Minding the Body

Minding the Body

by Patricia Foster
     
 

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Growing up in the Deep South in the late 1950s, writer Patricia Foster was taught that a woman's body was her way of speaking her worth: restricted linguistically and sexually, women were to dress appropriately and decoratively and act like ladies at all times. When, in 1986, Foster returned to the South to teach a course in women's literature at a state university,…  See more details below

Overview

Growing up in the Deep South in the late 1950s, writer Patricia Foster was taught that a woman's body was her way of speaking her worth: restricted linguistically and sexually, women were to dress appropriately and decoratively and act like ladies at all times. When, in 1986, Foster returned to the South to teach a course in women's literature at a state university, she was amazed at the dissatisfaction young women felt about their bodies - even after the women's movement of the 1960s and 1970s turned gender expectations upside down. "I'd rather have five pounds off my thighs than an A in this class," one woman confessed, and others agreed. Given the choice between mental stimulus and physical perfection, most students said they would choose the latter. How and why, Foster wondered, had women returned to such a fragile status? Minding the Body, a provocative collection of fiction and nonfiction by acclaimed women writers, addresses this question and others stemming from the complex and peculiar relationship women have with their bodies. The narratives in this anthology - from writers as diverse as Naomi Wolf, Rosemary Bray, Margaret Atwood, Hanan al-Shaykh, and Kathryn Harrison - address the psychological and political aspects of a woman's body in today's culture. In "Out of Habit, I Start Apologizing," Pam Houston celebrates the strong female body; Janet Burroway explores the older woman's sense of desire/eroticism in "Changes"; and Judith Ortiz Cofer's "The Story of My Body" looks at the Puerto Rican girl's coming-of-age in America and her comparison of her body to that of the Caucasian girl. Combining some of the best voices in contemporary women's literature with a subject of eternal interest - some might even say obsession - Minding the Body is important and much-needed reading for women who seek to understand the relationship between their physical and emotional selves.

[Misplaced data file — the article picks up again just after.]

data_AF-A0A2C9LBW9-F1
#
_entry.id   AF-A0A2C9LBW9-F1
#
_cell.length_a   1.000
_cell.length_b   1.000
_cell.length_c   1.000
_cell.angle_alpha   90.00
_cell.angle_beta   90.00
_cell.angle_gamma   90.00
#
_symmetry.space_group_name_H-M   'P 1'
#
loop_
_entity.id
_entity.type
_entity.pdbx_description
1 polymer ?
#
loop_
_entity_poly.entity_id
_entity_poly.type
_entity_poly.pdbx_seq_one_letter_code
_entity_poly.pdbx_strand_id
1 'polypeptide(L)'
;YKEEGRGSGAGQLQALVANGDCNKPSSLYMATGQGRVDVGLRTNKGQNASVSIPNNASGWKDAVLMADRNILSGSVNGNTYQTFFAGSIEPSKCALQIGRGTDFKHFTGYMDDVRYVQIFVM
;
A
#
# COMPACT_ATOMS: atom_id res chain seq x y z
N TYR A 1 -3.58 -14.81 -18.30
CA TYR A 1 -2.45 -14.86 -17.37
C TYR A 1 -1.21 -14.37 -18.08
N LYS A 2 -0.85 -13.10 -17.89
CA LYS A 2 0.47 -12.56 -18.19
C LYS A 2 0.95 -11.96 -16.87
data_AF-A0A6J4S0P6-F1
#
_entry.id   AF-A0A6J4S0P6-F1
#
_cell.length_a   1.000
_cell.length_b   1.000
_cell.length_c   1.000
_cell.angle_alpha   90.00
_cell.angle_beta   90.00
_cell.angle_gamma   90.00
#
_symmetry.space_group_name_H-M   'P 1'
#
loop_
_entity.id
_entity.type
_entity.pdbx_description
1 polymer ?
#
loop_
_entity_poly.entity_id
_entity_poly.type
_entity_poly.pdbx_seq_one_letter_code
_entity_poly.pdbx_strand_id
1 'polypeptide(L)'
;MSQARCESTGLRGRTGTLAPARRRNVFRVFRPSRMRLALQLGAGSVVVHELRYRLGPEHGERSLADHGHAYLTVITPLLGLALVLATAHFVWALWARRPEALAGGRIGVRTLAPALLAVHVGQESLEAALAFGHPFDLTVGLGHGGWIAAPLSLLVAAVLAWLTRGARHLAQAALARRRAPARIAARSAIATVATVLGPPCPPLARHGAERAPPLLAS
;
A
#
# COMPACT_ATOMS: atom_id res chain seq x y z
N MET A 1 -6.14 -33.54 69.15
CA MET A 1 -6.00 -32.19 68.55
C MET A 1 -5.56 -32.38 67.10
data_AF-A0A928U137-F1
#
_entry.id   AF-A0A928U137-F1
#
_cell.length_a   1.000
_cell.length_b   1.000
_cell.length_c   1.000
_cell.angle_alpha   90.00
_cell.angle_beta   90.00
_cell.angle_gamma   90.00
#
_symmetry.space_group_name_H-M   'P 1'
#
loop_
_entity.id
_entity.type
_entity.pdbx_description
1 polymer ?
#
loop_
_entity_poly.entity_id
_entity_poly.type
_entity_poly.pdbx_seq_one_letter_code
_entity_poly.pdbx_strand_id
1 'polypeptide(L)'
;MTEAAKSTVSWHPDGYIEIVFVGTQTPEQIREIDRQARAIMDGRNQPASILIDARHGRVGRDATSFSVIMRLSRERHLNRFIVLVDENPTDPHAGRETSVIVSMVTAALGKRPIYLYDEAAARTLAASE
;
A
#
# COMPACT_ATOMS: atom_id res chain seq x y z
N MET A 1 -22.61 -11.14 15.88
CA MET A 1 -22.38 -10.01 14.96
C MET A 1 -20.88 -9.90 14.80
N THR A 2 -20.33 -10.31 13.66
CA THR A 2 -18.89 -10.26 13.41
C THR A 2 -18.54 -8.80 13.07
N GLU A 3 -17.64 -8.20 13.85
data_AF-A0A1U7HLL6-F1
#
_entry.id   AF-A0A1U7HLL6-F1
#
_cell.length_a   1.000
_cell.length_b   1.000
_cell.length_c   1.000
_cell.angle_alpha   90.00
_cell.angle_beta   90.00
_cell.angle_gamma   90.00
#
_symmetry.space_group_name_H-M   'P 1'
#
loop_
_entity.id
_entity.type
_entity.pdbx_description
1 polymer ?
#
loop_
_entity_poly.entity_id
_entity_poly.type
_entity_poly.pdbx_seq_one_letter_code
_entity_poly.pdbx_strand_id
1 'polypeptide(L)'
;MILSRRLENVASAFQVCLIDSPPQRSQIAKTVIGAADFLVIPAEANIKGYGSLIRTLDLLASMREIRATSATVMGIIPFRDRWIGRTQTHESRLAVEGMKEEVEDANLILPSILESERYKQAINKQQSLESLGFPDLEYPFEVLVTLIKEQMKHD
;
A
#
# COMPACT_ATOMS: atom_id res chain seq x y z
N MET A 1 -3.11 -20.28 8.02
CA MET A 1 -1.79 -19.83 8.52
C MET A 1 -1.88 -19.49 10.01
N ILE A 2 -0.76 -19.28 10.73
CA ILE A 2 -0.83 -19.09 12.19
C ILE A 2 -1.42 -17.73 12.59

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Editorial Reviews

Whitney Scott
The era of birth control pills and legalized abortions is a golden age of freedom compared with our grandmothers' times. Yet, as this collection of fiction and nonfiction suggests, many women's relationships to their bodies are complex and sometimes baffling. So many women hate their bodies, often as a manifestation of a media-influenced body consciousness that exalts a narrow range of physical proportions including ultraslender hips and large breasts. The same media that facilitate such self-loathing also minutely document excessive forms of body awareness (anorexia, bulimia, purging), although rarely the complicated interplay of thoughts and emotions that exacerbates those conditions. The writings at hand generally dissect women's obsessions with media-manufactured body ideals that turn women's bodies into sexual bargaining chips. As they do, they bring new meaning to the notion of selling and being sold and to the term "sexual politics".

Product Details

ISBN-13:
9780385470223
Publisher:
The Doubleday Religious Publishing Group
Publication date:
04/01/1994
Edition description:
1st ed
Pages:
336

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